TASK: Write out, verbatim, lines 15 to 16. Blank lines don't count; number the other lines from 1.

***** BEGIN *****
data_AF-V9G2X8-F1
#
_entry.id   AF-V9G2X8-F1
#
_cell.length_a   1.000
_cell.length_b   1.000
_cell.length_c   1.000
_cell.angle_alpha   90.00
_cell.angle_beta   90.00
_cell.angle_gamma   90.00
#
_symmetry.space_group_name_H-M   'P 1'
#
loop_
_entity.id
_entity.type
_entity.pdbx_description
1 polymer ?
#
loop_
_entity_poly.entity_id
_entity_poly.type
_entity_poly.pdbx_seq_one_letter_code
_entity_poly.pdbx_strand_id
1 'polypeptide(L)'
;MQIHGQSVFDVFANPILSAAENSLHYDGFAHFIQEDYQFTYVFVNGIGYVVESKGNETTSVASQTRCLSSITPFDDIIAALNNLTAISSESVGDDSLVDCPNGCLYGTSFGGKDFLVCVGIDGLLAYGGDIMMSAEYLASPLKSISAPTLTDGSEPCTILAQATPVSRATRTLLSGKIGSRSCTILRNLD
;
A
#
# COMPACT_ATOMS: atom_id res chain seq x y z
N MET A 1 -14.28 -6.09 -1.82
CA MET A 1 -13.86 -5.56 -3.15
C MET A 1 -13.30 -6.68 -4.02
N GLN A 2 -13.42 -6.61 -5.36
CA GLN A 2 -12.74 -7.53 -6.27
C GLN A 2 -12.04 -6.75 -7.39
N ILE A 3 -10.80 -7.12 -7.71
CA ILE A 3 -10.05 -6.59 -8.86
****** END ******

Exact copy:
_entity.id
_entity.type